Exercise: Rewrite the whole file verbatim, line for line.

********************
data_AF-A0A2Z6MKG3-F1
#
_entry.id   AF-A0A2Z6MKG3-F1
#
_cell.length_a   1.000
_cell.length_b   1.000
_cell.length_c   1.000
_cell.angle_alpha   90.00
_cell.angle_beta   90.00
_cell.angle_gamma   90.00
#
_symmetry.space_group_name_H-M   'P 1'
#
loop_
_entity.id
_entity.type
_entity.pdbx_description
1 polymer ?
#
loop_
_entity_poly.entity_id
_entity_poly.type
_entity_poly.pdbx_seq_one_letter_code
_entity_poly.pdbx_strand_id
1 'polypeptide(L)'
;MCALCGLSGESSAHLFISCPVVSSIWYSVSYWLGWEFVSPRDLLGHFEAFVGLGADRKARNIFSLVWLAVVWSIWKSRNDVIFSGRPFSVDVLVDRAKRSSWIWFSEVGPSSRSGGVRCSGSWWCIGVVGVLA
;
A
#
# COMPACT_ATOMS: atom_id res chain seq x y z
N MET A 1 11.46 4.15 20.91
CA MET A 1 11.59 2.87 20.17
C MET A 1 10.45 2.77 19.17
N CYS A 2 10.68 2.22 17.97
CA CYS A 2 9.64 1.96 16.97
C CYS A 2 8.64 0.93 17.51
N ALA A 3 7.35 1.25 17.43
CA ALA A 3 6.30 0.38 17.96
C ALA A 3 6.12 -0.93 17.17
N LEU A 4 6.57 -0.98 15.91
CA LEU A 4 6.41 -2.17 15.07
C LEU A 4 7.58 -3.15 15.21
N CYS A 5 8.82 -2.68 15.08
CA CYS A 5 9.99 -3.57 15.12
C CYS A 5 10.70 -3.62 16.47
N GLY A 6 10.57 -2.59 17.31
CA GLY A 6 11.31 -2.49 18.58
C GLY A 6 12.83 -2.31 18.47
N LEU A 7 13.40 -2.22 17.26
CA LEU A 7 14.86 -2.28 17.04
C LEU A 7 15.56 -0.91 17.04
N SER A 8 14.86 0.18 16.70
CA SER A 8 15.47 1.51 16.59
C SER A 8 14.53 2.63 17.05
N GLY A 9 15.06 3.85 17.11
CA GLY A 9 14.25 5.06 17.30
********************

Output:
data_AF-A0A2Z6MKG3-F1
#
_entry.id   AF-A0A2Z6MKG3-F1
#
_cell.length_a   1.000
_cell.length_b   1.000
_cell.length_c   1.000
_cell.angle_alpha   90.00
_cell.angle_beta   90.00
_cell.angle_gamma   90.00
#
_symmetry.space_group_name_H-M   'P 1'
#
loop_
_entity.id
_entity.type
_entity.pdbx_description
1 polymer ?
#
loop_
_entity_poly.entity_id
_entity_poly.type
_entity_poly.pdbx_seq_one_letter_code
_entity_poly.pdbx_strand_id
1 'polypeptide(L)'
;MCALCGLSGESSAHLFISCPVVSSIWYSVSYWLGWEFVSPRDLLGHFEAFVGLGADRKARNIFSLVWLAVVWSIWKSRNDVIFSGRPFSVDVLVDRAKRSSWIWFSEVGPSSRSGGVRCSGSWWCIGVVGVLA
;
A
#
# COMPACT_ATOMS: atom_id res chain seq x y z
N MET A 1 11.46 4.15 20.91
CA MET A 1 11.59 2.87 20.17
C MET A 1 10.45 2.77 19.17
N CYS A 2 10.68 2.22 17.97
CA CYS A 2 9.64 1.96 16.97
C CYS A 2 8.64 0.93 17.51
N ALA A 3 7.35 1.25 17.43
CA ALA A 3 6.30 0.38 17.96
C ALA A 3 6.12 -0.93 17.17
N LEU A 4 6.57 -0.98 15.91
CA LEU A 4 6.41 -2.17 15.07
C LEU A 4 7.58 -3.15 15.21
N CYS A 5 8.82 -2.68 15.08
CA CYS A 5 9.99 -3.57 15.12
C CYS A 5 10.70 -3.62 16.47
N GLY A 6 10.57 -2.59 17.31
CA GLY A 6 11.31 -2.49 18.58
C GLY A 6 12.83 -2.31 18.47
N LEU A 7 13.40 -2.22 17.26
CA LEU A 7 14.86 -2.28 17.04
C LEU A 7 15.56 -0.91 17.04
N SER A 8 14.86 0.18 16.70
CA SER A 8 15.47 1.51 16.59
C SER A 8 14.53 2.63 17.05
N GLY A 9 15.06 3.85 17.11
CA GLY A 9 14.25 5.06 17.30